Sometimes when I hear about someone going on yet another diet or notice a “revolutionary” new weight-loss book topping the best-seller list, frankly, I feel a little blue. I’ve been teaching the “normal” eating model for 30 years and it often seems as if very little has changed in our culture in all that time regarding sensible eating (in spite of Weight Watchers new no-diet spin). I wonder and wonder when people are going to wake up and smell the coffee.

Read More Intuitive Eating Works

Dear Readers, My freelance writing has taken me lately into research on orthorexia, a topic that Marcia addressed a little while back in one of her posts. Described as a “fixation on righteous eating,” orthorexia is a condition where obsession with eating healthily becomes so extreme that it leaves no room for other interests or activities and can imperil the sufferer’s health. Sounds familiar, right? Marcia described it as a modern-day variant on anorexia. Another…

Read More Orthorexia revisited

A report in Prevention magazine (5/10/08, page 10) has got me going—“Research shows that typically half of all women drop out of exercise programs within the first 6 weeks of starting one. Most women say having little free time, a lack of confidence when exercising, and supportive friends and family are the main reasons they stop short of achieving their goals.” Superficially reasonable answers, sure, but based on my years of professional experience, researchers need to dig deeper to get at the real issues.

Read More Exercise

According to Amy Alkon, Sarasota Herald-Tribune “Advice Goddess,” men are hard-wired to assess women’s looks. From an evolutionary standpoint, they’ve used body weight to select mates to ensure survival of the species, hoping that someone who looked healthy was healthy. Alkon adds that “…research suggests that the body size men look for in a woman is inverse to the availability of food. Where eats are scarce, like in the Sahara, Lane Bryant ladies are in. Where there’s food-a-plenty, men go for slimmer women.” (When I emailed her, Alkon quoted the source as Shackleforth and Buss and I will try to track down their work and get more information on the theory).

Read More Weight and Mating

I recently had the pleasure of speaking with the director of the documentary film, "Do I Look Fat?–Gay Men, Body Image and Eating Disorders," by Mr. Travis Mathews.  Mr. Mathews is currently active as a video journalist in the Bay area.

The documentary was made in 2004, has been screened at NEDA and the American Psychiatric Association Conferences, which are no small feats. 

Read More Do I Look Fat? (the documentary) part one

In my work, I meet many passionate people. Most recently, I e-met Patrick Bergstrom. He has an important message for all of us:

We Are Different!
By Patrick Bergstrom

Who am I, and do I have a real purpose on this earth? I believe these are two questions that people spend most of their lives trying to answer and never really find a personal answer to these questions. I am 25 years old and I believe I have found my personal answers to both of these questions. I guess I should start by first introducing myself. My name is Patrick Bergstrom and I am recovering from a four-year battle with a horrifying eating disorder. One more thing – did I mention that I was a male? I guess I just assumed you would have recognized that by my first name.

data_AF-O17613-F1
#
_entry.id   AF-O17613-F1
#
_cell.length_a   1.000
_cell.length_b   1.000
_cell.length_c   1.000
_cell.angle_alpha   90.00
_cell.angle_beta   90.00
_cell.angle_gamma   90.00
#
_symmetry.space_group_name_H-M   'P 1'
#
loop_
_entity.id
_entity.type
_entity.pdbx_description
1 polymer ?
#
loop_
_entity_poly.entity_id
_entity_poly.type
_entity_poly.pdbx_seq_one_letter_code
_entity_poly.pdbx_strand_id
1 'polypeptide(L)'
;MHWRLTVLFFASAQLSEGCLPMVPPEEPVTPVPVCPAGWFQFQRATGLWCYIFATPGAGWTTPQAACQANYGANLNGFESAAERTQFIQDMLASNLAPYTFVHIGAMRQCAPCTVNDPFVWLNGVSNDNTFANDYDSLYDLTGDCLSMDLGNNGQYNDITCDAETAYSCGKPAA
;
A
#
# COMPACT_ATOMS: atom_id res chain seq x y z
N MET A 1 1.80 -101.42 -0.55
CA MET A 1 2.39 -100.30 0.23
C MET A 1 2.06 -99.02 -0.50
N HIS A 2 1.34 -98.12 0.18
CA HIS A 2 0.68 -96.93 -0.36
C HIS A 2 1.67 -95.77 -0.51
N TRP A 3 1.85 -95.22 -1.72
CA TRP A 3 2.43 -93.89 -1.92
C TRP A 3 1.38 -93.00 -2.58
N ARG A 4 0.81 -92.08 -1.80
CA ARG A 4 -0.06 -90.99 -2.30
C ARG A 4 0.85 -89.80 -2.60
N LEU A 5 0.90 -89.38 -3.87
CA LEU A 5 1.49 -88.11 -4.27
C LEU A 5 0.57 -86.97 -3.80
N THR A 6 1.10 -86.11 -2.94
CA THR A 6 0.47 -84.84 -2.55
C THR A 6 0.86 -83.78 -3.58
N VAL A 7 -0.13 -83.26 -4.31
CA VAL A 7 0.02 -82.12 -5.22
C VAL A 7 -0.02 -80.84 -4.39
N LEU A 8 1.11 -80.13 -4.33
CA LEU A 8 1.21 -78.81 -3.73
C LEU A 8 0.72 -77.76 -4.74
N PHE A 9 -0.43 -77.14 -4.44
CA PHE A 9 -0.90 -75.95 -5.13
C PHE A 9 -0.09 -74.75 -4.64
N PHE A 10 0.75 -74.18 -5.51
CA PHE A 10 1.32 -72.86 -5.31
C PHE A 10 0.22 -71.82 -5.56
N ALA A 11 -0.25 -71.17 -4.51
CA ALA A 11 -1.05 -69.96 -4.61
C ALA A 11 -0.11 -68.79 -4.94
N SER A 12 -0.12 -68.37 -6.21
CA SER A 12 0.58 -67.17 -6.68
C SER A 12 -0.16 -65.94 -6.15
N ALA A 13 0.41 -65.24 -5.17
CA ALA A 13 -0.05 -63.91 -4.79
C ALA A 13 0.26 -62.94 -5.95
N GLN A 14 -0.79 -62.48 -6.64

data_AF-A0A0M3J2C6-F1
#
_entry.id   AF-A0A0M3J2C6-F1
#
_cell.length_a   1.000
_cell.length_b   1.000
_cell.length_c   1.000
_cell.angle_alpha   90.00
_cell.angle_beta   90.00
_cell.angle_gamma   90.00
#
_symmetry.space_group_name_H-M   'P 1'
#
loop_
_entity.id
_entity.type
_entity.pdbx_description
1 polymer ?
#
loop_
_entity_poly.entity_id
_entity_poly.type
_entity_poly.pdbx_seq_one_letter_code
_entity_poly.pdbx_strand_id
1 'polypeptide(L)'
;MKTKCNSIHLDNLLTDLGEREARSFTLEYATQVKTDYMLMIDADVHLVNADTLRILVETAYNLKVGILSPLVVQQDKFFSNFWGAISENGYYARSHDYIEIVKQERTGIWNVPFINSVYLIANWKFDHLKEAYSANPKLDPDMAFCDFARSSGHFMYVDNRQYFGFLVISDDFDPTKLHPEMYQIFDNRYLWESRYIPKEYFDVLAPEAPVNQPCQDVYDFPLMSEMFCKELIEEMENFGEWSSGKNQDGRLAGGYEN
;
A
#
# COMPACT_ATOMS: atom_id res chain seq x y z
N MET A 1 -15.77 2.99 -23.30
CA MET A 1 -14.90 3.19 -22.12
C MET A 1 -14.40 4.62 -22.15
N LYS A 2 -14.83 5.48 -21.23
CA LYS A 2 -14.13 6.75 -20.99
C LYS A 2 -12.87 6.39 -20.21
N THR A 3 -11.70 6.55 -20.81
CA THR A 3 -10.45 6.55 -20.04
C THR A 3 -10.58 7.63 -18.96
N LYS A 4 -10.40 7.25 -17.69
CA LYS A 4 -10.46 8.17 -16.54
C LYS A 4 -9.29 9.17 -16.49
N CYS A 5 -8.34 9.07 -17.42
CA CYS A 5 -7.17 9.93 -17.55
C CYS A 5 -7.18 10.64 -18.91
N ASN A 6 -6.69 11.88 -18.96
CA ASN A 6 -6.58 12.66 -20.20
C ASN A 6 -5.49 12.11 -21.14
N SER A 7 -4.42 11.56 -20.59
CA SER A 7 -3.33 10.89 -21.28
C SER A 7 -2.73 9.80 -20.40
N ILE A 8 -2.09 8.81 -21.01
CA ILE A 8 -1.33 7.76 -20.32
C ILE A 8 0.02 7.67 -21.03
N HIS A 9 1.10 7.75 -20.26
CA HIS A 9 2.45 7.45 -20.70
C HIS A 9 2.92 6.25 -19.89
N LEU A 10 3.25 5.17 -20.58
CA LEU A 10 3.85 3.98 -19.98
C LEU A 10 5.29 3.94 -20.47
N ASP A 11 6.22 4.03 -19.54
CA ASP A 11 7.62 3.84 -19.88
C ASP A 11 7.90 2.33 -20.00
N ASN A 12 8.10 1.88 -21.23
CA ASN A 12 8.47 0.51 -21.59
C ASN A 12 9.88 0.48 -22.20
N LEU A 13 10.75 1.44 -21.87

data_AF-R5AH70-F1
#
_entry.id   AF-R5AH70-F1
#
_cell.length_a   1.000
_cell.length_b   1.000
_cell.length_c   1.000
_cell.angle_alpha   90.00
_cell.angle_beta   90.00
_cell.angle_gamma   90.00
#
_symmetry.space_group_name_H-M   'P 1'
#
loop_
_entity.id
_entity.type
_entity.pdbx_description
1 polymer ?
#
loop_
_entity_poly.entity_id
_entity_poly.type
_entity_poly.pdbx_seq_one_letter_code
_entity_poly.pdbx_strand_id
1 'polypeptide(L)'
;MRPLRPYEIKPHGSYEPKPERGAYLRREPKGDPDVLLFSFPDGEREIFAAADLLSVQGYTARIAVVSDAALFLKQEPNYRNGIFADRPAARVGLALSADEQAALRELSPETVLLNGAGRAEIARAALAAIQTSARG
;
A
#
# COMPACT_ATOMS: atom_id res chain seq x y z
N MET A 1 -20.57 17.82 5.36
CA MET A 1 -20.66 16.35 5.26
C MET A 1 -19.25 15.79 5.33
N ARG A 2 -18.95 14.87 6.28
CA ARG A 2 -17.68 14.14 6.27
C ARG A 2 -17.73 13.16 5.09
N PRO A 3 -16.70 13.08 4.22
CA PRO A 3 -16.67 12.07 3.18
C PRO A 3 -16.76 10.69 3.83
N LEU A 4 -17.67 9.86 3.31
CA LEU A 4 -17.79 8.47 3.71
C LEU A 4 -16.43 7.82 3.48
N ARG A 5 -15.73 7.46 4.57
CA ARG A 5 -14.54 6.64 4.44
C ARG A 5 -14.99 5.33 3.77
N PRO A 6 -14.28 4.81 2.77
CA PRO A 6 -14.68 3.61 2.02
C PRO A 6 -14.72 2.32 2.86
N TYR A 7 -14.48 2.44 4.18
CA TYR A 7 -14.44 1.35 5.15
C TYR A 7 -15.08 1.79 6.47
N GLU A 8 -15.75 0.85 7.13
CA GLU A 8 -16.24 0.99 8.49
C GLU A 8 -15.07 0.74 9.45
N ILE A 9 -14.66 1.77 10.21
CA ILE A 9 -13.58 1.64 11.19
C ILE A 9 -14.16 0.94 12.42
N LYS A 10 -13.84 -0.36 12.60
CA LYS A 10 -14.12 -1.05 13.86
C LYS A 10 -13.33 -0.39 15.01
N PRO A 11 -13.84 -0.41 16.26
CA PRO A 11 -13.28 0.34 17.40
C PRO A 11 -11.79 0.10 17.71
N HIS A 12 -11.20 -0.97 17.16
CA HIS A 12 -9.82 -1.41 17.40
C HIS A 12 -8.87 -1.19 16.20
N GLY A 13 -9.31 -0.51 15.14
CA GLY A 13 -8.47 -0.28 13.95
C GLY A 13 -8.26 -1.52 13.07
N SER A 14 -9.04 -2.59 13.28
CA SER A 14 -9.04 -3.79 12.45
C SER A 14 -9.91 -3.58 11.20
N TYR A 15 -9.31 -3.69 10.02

Read More Guys have Eating Disorders, Too

A client of mine lost about 30 pounds by stopping dieting and bingeing and learning to eat more “normally.” Like many of the people I treat, she’d previously been hyper-focused on her weight rather than on her eating. This mindset must shift for intuitive eating to start taking hold: losing weight needs to take a back seat to gaining skills in eating and emotional management. I knew the shift had occurred for this client when she said she wasn’t sure if she could lose more weight or if she even wanted to, but that she’d decided, for now, to continue trying to eat “normally” and see where her weight stabilized.

Read More Weighing Weight

I received this question recently and have had it posed to me in the past.  It always saddens me to hear someone ask it.

I am have been told reasons why people do not feel deserving of treatment, or worse, horror stories when attempting to access treatment. 

But it boils down to one question…How bad do things have to get in order for YOU to be tired of this mean disease? 

Read More Am I sick enough to get treatment?

An article in the April issue of the Nutrition Action Health Letter on the correlation between moving your body more and weight loss intrigued me. James Levin, professor and researcher in the Division of Endocrinology at the Mayo Clinic in Minnesota, heads something called the NEAT lab which studies the effect of body movement and expending energy on weight. NEAT stands for Non-Exercise Activity Thermogenesis, which is any movement that is not exertion for the sake of physical fitness.

Read More Move Your Body

Tension is who you think you should be, relaxation is who you are.
                                                                      – Chinese proverb

In today’s world, it may seem difficult to imagine life without tension. There are hundreds of stresses we must deal with every day. But people who struggle with eating disorders experience tension on a much deeper level – soul tension. This is the tension of expectations and whom a person thinks they should be.

Read More Tension & Relaxation